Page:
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How to Call Objective C Object from C++ code

Hi, guys:

i prepare to build UI of program by cocoa.
but in order to make a portable program, some low level code sould
write in C++. then i must find some way to call Apple Service or
Objective C from C++.
Could anyone tell me a way to do that.

Best Regard.

0
kingdry_cn (10)
3/31/2006 6:00:17 AM
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In article <1143784817.800849.152730@t31g2000cwb.googlegroups.com>,
 "Mopelee" <kingdry_cn@sina.com.cn> wrote:

> Hi, guys:
> 
> i prepare to build UI of program by cocoa.
> but in order to make a portable program, some low level code sould
> write in C++. then i must find some way to call Apple Service or
> Objective C from C++.
> Could anyone tell me a way to do that.

In general you just make the call to the objective-C method.

However you do need to make sure that the source code is being compiled 
as objective-C or objective-C++ for this to work.  That's automatic for 
a ".m" or ".mm" file, otherwise you can change the language used in the 
project settings.

-- 
Tom "Tom" Harrington
Macaroni, Automated System Maintenance for Mac OS X.
Version 2.0:  Delocalize, Repair Permissions, lots more.
See http://www.atomicbird.com/
0
tph (2302)
3/31/2006 5:06:31 PM
thank u, Tom.
  I know how to call objective c from objective c++,just like call from
..mm to .m.
  but i wanna find some way to to call from .cpp to .m
  anyone have idea?

0
kingdry_cn (10)
4/7/2006 7:54:23 AM
In article <1144396463.858577.245830@e56g2000cwe.googlegroups.com>,
 "Mopelee" <kingdry_cn@sina.com.cn> wrote:

> thank u, Tom.
>   I know how to call objective c from objective c++,just like call from
> .mm to .m.
>   but i wanna find some way to to call from .cpp to .m
>   anyone have idea?

Normally Xcode will compile a .cpp as C++, and won't recognize 
Objective-C method calls.  However for any file you can override the 
defalult and tell Xcode to treat it differently.  You do this by 
selecting the file in Xcode and opening the inspector window.  Under the 
"File type" setting, choose the appropriate option.  From your 
description I think you'd want "sourcecode.cpp.objcpp".

-- 
Tom "Tom" Harrington
Macaroni, Automated System Maintenance for Mac OS X.
Version 2.0:  Delocalize, Repair Permissions, lots more.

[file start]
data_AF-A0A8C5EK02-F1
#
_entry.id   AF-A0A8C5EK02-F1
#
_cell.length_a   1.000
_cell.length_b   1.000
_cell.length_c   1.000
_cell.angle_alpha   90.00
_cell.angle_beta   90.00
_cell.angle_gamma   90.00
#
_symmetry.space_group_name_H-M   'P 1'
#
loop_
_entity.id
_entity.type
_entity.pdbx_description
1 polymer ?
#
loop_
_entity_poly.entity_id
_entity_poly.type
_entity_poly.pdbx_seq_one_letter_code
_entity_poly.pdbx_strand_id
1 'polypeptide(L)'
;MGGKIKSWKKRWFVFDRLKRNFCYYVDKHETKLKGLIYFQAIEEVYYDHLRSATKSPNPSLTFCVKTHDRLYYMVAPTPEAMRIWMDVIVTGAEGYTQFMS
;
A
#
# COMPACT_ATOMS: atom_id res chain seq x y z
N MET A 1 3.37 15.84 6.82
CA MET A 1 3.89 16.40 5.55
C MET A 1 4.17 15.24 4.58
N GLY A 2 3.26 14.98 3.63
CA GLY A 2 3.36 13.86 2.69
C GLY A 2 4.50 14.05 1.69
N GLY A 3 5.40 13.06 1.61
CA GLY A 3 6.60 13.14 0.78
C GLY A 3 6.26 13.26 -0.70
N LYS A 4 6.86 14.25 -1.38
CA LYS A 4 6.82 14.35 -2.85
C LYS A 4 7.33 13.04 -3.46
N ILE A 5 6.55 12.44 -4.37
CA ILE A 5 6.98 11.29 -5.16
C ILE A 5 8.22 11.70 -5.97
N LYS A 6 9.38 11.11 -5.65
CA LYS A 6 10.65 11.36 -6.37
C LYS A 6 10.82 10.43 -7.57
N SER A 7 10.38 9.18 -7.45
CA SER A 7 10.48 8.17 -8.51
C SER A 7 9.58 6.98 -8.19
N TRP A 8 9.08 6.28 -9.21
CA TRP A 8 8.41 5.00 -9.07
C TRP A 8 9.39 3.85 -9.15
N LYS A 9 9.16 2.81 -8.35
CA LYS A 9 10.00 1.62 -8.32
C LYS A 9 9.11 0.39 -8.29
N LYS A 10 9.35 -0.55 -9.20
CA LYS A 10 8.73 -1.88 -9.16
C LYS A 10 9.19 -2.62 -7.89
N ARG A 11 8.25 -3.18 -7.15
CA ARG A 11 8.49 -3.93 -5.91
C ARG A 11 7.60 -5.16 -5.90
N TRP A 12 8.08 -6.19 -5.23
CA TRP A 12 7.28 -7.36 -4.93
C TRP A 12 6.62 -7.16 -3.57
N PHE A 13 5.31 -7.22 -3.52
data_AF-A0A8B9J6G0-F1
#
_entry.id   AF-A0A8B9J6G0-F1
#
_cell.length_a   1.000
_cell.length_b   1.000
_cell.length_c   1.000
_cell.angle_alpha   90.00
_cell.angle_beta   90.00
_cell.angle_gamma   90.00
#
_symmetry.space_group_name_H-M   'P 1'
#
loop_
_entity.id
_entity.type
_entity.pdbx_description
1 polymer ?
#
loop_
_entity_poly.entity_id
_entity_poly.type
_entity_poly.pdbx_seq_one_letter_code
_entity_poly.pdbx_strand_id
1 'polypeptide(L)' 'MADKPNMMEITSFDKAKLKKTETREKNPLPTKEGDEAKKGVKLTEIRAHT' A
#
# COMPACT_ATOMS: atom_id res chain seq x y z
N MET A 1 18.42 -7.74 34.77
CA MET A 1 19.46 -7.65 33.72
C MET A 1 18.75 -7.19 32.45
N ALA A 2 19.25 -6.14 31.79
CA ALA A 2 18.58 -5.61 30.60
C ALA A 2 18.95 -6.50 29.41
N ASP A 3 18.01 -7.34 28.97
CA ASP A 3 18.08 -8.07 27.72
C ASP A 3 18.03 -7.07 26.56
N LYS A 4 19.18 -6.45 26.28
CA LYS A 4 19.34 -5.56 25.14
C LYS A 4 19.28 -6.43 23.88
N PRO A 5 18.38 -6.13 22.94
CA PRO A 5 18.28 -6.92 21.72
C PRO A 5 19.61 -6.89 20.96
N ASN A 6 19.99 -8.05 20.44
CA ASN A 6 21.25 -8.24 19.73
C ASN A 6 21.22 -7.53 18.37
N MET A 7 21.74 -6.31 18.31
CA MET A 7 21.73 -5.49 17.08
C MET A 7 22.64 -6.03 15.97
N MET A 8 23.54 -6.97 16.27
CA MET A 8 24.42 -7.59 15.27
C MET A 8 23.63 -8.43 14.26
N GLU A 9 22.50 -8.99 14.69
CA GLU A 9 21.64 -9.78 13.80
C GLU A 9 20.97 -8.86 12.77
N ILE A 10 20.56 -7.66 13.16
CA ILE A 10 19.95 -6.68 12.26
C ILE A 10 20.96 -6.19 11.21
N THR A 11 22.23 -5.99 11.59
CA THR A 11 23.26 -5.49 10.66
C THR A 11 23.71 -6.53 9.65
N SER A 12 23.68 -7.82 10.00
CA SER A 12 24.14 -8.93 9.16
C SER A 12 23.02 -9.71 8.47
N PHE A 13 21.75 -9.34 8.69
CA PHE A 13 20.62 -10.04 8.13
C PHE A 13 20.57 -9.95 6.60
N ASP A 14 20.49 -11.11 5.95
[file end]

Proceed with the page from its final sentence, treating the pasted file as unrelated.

See http://www.atomicbird.com/
0
tph (2302)
4/7/2006 4:38:04 PM
"Mopelee" <kingdry_cn@sina.com.cn> writes:
>
>   I know how to call objective c from objective c++,just like call from
> .mm to .m.
>   but i wanna find some way to to call from .cpp to .m
>   anyone have idea?

Objective C is C, plus the object/method extensions.

You can't make an Objective C method call from C++ code, but you can
call an ordinary function.  So should be able to make a simple Objective
C source file (.m extension) containing a C function that makes the
method call.  Declare the prototype for that function (in an extern "C"
block) in your C++ file and call it.

At least I would expect this to work.  Haven't actually tried it.

You might prefer to ask on one of the comp.sys.mac.programmer
newsgroups.  They will probably be able to give you better answers.

-- David
0
shamino (1254)
4/8/2006 8:46:53 PM
In article <1144396463.858577.245830@e56g2000cwe.googlegroups.com>,
 "Mopelee" <kingdry_cn@sina.com.cn> wrote:

> thank u, Tom.
>   I know how to call objective c from objective c++,just like call from
> .mm to .m.
>   but i wanna find some way to to call from .cpp to .m
>   anyone have idea?

I think you're looking for the objc_msgSend() function. I haven't used 
it so I don't know all the ins and outs.
0
invalid163 (956)
4/9/2006 5:27:22 AM
Mat Cvetic <invalid@invalid.net> writes:
>
> I think you're looking for the objc_msgSend() function. I haven't used
> it so I don't know all the ins and outs.

Note, however, that this is not portable.  From the top of the
documentation page where it is described:

        The Mac OS X implementation of the Objective-C runtime library
        is unique to the Mac OS X platform. For other platforms, the GNU
        Compiler Collection provides a different implementation with a
        similar API. This document covers only the Mac OS X
        implementation.

So, if you think you may need to bridge Objective C with C++ on some
other platform (remember that gcc supports Objective C on many
platforms), you should use the mechanism I described - writing your own
Objective C function with a C interface and use that as the bridge.

-- David
0
shamino (1254)
4/9/2006 4:47:04 PM
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